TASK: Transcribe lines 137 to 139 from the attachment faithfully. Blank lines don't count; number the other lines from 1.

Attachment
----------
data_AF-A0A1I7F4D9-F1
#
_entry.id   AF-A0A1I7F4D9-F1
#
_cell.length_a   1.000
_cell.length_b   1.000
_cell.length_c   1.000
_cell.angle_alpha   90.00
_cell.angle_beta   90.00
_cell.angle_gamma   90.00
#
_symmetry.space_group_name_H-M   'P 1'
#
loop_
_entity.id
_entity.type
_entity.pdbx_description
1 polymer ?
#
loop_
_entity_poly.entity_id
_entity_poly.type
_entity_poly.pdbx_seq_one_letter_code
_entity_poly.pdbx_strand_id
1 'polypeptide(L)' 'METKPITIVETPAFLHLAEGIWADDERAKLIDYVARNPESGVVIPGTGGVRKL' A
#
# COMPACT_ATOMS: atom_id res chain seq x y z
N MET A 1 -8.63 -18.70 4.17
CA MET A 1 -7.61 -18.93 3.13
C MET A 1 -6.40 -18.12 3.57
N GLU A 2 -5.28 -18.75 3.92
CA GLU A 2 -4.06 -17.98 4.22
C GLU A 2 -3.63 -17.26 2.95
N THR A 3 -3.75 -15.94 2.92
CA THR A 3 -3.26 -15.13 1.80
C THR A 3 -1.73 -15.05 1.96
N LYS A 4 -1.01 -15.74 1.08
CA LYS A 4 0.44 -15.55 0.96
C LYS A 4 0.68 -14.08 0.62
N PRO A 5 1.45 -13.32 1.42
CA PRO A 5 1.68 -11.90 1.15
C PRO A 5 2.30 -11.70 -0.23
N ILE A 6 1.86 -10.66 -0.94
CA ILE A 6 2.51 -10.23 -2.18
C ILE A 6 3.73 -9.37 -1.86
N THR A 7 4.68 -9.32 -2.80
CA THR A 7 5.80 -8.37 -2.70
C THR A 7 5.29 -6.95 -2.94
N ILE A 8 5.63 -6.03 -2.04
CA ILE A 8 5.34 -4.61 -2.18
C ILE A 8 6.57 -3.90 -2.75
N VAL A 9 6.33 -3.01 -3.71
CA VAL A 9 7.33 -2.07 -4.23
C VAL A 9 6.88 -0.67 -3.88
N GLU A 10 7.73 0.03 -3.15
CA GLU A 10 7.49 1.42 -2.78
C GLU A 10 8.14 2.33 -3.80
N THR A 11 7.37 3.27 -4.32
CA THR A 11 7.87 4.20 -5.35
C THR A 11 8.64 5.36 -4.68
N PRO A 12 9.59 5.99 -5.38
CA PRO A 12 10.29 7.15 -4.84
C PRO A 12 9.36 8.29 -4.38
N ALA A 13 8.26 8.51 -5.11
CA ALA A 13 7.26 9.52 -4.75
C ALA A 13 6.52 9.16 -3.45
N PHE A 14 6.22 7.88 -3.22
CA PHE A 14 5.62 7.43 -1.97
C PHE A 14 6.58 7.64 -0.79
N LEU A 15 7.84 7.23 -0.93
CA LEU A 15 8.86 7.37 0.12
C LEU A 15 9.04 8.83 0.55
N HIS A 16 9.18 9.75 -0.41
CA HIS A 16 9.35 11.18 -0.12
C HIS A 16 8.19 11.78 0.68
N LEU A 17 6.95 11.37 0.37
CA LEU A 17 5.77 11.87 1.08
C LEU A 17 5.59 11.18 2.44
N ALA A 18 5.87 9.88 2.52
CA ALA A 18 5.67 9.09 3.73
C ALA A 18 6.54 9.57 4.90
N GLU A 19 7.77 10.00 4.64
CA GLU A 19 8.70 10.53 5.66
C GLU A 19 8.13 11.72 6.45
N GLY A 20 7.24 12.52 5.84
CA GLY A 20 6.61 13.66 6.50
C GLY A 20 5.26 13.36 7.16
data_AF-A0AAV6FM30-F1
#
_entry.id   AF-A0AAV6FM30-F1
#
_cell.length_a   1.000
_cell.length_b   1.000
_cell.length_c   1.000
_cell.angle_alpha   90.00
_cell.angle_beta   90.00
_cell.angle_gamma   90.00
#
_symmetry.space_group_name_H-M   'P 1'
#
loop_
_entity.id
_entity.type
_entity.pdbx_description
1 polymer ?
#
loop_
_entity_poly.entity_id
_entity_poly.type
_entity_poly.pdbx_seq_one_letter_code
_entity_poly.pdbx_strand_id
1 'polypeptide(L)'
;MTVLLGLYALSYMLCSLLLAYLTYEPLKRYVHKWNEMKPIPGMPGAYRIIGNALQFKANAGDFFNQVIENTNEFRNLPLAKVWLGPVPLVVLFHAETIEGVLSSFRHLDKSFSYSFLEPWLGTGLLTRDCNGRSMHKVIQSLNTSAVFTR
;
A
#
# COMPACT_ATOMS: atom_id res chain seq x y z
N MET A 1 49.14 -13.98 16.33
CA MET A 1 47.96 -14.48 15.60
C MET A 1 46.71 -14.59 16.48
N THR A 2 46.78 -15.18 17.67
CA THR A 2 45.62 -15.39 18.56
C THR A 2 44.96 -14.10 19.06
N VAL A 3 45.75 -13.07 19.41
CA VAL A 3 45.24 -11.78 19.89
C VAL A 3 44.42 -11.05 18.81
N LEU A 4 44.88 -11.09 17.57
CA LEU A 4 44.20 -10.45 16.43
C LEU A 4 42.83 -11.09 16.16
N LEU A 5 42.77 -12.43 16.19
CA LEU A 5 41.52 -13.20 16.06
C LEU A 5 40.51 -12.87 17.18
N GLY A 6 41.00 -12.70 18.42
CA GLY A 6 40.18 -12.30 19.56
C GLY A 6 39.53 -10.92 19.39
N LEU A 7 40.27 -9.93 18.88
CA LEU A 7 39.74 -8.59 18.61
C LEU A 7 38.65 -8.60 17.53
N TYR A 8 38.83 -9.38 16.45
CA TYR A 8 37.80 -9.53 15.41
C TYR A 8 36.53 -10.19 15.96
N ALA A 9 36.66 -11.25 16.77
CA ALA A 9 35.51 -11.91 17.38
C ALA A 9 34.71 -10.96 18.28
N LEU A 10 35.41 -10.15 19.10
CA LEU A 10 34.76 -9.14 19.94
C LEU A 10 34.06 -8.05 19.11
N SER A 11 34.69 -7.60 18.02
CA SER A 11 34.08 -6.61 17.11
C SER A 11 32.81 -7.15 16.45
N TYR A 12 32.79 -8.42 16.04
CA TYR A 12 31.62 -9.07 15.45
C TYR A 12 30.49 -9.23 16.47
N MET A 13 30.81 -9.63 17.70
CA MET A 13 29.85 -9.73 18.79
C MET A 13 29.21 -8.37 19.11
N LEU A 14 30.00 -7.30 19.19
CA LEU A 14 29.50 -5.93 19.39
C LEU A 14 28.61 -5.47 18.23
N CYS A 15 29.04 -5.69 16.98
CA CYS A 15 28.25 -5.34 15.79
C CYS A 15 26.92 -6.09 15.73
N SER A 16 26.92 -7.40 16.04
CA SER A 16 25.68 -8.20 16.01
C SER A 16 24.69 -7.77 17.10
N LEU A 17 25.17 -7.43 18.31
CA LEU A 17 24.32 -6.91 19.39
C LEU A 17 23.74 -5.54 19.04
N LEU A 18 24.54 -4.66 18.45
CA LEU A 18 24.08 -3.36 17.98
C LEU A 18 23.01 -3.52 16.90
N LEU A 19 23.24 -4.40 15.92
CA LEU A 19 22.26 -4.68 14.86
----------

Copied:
CA LEU A 7 39.74 -8.59 18.61
C LEU A 7 38.65 -8.60 17.53
N TYR A 8 38.83 -9.38 16.45